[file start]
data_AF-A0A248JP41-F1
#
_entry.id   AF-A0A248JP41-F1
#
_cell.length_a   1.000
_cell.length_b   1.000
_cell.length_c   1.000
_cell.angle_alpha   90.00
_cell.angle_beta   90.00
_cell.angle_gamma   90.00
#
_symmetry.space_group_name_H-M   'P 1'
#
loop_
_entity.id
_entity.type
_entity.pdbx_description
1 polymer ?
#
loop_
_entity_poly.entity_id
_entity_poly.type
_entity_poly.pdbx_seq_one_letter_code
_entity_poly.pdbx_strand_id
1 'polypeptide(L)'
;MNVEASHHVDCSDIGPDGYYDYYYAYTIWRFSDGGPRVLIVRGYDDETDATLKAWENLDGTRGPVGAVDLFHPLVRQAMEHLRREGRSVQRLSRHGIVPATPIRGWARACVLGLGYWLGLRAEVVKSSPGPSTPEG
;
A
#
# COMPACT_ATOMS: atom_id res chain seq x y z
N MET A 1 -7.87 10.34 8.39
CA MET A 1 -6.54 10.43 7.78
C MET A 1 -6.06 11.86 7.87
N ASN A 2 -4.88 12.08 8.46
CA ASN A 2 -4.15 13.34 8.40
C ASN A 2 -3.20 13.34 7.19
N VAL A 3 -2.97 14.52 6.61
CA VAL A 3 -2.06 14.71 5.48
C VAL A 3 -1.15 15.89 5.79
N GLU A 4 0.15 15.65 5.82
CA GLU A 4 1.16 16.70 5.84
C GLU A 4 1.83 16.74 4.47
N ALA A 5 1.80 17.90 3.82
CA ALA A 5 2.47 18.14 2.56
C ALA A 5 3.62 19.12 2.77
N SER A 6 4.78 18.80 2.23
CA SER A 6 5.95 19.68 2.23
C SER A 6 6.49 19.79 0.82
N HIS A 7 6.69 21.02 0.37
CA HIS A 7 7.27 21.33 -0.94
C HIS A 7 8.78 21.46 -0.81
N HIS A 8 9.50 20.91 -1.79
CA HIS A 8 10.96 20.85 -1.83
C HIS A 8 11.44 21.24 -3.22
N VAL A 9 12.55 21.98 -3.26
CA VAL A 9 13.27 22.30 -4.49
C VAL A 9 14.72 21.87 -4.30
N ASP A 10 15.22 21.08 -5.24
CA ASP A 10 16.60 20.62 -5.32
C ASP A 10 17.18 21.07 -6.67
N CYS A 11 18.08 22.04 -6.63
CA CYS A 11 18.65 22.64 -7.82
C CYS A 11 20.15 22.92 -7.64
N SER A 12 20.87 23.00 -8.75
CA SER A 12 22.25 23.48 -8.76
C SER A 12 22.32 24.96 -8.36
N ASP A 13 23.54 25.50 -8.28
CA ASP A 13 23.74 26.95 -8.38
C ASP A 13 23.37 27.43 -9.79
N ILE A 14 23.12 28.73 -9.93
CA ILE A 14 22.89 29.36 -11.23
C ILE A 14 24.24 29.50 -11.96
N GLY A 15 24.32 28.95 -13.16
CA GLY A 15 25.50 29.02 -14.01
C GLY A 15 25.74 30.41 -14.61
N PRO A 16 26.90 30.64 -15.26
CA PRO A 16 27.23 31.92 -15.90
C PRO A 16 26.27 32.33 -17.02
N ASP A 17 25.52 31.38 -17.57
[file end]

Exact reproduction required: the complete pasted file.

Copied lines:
data_AF-A0A248JP41-F1
#
_entry.id   AF-A0A248JP41-F1
#
_cell.length_a   1.000
_cell.length_b   1.000
_cell.length_c   1.000
_cell.angle_alpha   90.00
_cell.angle_beta   90.00
_cell.angle_gamma   90.00
#
_symmetry.space_group_name_H-M   'P 1'
#
loop_
_entity.id
_entity.type
_entity.pdbx_description
1 polymer ?
#
loop_
_entity_poly.entity_id
_entity_poly.type
_entity_poly.pdbx_seq_one_letter_code
_entity_poly.pdbx_strand_id
1 'polypeptide(L)'
;MNVEASHHVDCSDIGPDGYYDYYYAYTIWRFSDGGPRVLIVRGYDDETDATLKAWENLDGTRGPVGAVDLFHPLVRQAMEHLRREGRSVQRLSRHGIVPATPIRGWARACVLGLGYWLGLRAEVVKSSPGPSTPEG
;
A
#
# COMPACT_ATOMS: atom_id res chain seq x y z
N MET A 1 -7.87 10.34 8.39
CA MET A 1 -6.54 10.43 7.78
C MET A 1 -6.06 11.86 7.87
N ASN A 2 -4.88 12.08 8.46
CA ASN A 2 -4.15 13.34 8.40
C ASN A 2 -3.20 13.34 7.19
N VAL A 3 -2.97 14.52 6.61
CA VAL A 3 -2.06 14.71 5.48
C VAL A 3 -1.15 15.89 5.79
N GLU A 4 0.15 15.65 5.82
CA GLU A 4 1.16 16.70 5.84
C GLU A 4 1.83 16.74 4.47
N ALA A 5 1.80 17.90 3.82
CA ALA A 5 2.47 18.14 2.56
C ALA A 5 3.62 19.12 2.77
N SER A 6 4.78 18.80 2.23
CA SER A 6 5.95 19.68 2.23
C SER A 6 6.49 19.79 0.82
N HIS A 7 6.69 21.02 0.37
CA HIS A 7 7.27 21.33 -0.94
C HIS A 7 8.78 21.46 -0.81
N HIS A 8 9.50 20.91 -1.79
CA HIS A 8 10.96 20.85 -1.83
C HIS A 8 11.44 21.24 -3.22
N VAL A 9 12.55 21.98 -3.26
CA VAL A 9 13.27 22.30 -4.49
C VAL A 9 14.72 21.87 -4.30
N ASP A 10 15.22 21.08 -5.24
CA ASP A 10 16.60 20.62 -5.32
C ASP A 10 17.18 21.07 -6.67
N CYS A 11 18.08 22.04 -6.63
CA CYS A 11 18.65 22.64 -7.82
C CYS A 11 20.15 22.92 -7.64
N SER A 12 20.87 23.00 -8.75
CA SER A 12 22.25 23.48 -8.76
C SER A 12 22.32 24.96 -8.36
N ASP A 13 23.54 25.50 -8.28
CA ASP A 13 23.74 26.95 -8.38
C ASP A 13 23.37 27.43 -9.79
N ILE A 14 23.12 28.73 -9.93
CA ILE A 14 22.89 29.36 -11.23
C ILE A 14 24.24 29.50 -11.96
N GLY A 15 24.32 28.95 -13.16
CA GLY A 15 25.50 29.02 -14.01
C GLY A 15 25.74 30.41 -14.61
N PRO A 16 26.90 30.64 -15.26
CA PRO A 16 27.23 31.92 -15.90
C PRO A 16 26.27 32.33 -17.02
N ASP A 17 25.52 31.38 -17.57